On request of the EU-Russia Civil Society Forum, Daniela Mineva, Research Fellow of the Economic Programme at the Centre for the Study of Democracy (Sofia, Bulgaria), Coordinating Institution for the SELDI Anti-Corruption Coalition, prepared an essay as a follow-up of the SELDI workshop on 14 June 2016:
In the past ten years, both the nature of corruption and the anti-corruption agenda in Southeast Europe have changed. Political corruption has replaced petty bribery both as the dominant concern of national and international reformists and as one of the leading causes for most social and economic damage. The earlier emphasis on harmonising national legislation with international standards has now been substituted by a focus on its enforcement. The past year in particular has vividly exposed governance vulnerabilities in Southeast Europe and how they threaten to undermine the region’s European perspective. The migration crisis, the economic stagnation, and the Russia-EU geopolitical stand-off have shown the need to reinvigorate the European Union’s engagement with the region. A critical part of this engagement remains the need to reduce corruption and state-capture vulnerabilities in Southeast Europe, especially in the energy sector.
In 2012, the European Commission adopted a new enlargement approach, which placed rule of law, anti-corruption, and judicial reform at the heart of the process. To respond to the new EU policy priorities, the Southeast European Leadership for Development and Integrity (SELDI) Coalition has developed and implemented a civil-society-led approach to monitoring and tackling corruption in the region, which provides policy makers with important insights. The SELDI initiative aims to draw an accurate picture of the corruption environment in the region, present the latest data on corruption pressure, and introduce new ways for improving anti-corruption efforts.
Having good laws and institutions are necessary first steps, however, they need to be accompanied by political will and change of mentality. The countries from Southeast Europe need to focus not only on the fight against corruption but on making institutions efficient. It is important to create a new generation educated in democratic values. Anti-corruption education is underestimated and should start at the school level. People should not believe in the populistic propaganda, which makes the EU integration process even slower, as it is the case with Macedonia. It is encouraging that most people from the region see corruption as a problem and still recognise the need for an EU support, despite the delay in the EU enlargement. Furthermore, the EU accession process is a key to removing the county-level monopolies, increasing the economic prosperity, and lowering the administrative barriers to free trade and business.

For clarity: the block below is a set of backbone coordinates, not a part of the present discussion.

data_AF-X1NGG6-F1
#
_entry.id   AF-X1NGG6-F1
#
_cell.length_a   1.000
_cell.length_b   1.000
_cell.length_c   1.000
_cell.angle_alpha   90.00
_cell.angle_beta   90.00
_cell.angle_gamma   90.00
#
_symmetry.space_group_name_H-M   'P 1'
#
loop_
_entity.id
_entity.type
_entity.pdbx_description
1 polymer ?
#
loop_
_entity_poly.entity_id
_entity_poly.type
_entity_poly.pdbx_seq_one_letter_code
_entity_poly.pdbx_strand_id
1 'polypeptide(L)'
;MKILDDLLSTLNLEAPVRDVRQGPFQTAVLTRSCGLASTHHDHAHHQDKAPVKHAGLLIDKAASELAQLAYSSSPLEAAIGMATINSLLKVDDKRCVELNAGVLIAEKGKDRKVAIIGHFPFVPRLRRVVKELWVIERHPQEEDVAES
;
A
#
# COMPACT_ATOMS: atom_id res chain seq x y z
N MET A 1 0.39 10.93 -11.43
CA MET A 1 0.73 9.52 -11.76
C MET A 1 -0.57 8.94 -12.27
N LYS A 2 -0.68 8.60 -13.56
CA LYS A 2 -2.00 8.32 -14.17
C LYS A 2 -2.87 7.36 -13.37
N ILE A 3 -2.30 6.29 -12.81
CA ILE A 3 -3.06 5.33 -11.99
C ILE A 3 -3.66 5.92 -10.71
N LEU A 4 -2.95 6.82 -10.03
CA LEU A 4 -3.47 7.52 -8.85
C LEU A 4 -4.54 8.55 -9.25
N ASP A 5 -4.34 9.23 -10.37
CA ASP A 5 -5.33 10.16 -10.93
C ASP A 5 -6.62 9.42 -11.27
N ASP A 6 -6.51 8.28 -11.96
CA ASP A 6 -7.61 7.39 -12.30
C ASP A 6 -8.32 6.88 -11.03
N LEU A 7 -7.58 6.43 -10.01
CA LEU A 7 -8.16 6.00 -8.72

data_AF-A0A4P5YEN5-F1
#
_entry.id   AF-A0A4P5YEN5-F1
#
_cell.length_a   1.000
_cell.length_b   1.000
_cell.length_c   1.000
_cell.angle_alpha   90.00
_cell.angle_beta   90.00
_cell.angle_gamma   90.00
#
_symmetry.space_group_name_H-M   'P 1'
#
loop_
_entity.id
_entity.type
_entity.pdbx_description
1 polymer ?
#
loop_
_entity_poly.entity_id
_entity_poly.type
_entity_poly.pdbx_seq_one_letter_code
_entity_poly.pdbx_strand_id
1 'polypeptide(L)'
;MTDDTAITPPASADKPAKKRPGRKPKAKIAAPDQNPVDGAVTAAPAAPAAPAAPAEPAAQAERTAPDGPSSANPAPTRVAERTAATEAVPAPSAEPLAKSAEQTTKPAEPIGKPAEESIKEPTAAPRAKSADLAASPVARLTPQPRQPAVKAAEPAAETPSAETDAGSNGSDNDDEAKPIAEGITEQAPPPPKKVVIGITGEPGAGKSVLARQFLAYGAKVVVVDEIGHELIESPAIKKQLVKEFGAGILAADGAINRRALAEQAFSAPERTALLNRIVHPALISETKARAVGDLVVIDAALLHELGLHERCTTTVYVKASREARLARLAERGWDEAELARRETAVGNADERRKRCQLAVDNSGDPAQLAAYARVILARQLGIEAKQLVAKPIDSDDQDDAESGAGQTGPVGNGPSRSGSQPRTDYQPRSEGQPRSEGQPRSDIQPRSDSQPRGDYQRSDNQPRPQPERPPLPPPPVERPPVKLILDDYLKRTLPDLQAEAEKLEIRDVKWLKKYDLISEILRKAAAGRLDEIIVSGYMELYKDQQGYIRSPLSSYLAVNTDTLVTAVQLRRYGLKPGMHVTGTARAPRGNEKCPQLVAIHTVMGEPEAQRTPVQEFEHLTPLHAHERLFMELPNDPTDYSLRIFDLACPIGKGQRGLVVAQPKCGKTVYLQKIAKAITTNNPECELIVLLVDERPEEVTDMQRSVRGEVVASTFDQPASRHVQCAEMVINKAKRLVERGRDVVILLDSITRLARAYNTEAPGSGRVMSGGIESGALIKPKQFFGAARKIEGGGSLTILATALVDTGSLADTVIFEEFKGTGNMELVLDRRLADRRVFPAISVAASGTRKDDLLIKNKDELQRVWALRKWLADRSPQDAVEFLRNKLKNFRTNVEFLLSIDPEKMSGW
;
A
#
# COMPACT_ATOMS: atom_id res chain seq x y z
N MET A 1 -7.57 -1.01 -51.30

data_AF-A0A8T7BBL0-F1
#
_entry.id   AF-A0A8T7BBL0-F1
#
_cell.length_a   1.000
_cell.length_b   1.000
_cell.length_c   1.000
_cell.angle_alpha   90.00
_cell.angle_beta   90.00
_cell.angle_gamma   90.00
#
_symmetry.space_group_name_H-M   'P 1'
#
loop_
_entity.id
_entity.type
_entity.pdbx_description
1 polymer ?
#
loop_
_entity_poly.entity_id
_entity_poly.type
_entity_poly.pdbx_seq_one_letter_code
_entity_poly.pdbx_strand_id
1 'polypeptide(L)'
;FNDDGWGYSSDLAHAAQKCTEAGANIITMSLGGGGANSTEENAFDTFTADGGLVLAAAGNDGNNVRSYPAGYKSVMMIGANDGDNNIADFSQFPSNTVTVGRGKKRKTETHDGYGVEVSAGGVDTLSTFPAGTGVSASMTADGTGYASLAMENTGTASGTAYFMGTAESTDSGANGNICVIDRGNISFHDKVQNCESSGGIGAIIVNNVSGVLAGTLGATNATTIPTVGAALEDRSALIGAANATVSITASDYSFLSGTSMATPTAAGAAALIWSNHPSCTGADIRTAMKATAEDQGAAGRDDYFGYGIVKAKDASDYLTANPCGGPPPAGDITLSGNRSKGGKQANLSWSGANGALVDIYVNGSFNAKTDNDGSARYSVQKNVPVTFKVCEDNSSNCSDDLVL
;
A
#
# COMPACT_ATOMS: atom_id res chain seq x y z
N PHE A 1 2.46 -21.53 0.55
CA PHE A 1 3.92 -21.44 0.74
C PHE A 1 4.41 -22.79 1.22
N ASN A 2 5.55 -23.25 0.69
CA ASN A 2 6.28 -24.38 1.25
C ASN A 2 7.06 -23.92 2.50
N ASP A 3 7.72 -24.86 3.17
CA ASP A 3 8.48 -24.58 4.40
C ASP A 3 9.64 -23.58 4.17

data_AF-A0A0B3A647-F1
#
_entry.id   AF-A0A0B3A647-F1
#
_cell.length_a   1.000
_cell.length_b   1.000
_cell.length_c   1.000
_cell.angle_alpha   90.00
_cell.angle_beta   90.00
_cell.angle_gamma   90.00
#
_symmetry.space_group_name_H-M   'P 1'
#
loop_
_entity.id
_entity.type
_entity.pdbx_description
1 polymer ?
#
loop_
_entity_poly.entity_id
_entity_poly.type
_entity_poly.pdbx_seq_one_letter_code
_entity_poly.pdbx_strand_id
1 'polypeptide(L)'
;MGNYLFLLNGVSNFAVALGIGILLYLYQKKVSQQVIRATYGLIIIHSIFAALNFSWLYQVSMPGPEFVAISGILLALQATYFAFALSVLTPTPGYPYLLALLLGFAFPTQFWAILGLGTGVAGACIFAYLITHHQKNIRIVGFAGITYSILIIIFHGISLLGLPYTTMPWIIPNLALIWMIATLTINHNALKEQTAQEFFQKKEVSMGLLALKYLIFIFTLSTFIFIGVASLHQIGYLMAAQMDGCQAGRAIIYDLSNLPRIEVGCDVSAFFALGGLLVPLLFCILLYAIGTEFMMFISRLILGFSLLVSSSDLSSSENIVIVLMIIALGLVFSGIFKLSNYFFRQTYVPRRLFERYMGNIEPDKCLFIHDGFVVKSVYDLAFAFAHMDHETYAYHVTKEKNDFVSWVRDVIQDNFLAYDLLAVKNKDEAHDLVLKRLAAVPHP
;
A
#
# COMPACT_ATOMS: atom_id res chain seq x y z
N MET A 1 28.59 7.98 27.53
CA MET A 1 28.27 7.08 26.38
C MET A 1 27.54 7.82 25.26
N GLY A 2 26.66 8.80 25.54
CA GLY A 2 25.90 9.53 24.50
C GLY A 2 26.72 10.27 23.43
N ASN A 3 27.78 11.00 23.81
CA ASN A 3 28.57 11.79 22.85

The Cooperation and Verification Mechanism (CVM) as well as the new approach of opening chapters 23 and 24 earlier in accession negotiations have the potential to push the necessary long-term reforms, beyond the term of a single government. Countries need to have real anti-corruption mechanisms that stand the test and are systematically used to expose illegal wealth. Lately, however, countries have started to embrace soft preventive tools, while effective enforcement is missing.
The civil society, if not controlled by government, private interests, or radical movements, could have a central role in monitoring reforms and applying political pressure for change. Additional strong driver of reforms can present the cross-border and regional coalition building, bringing best practices, external expertise and views from lawyers, economists, sociologists.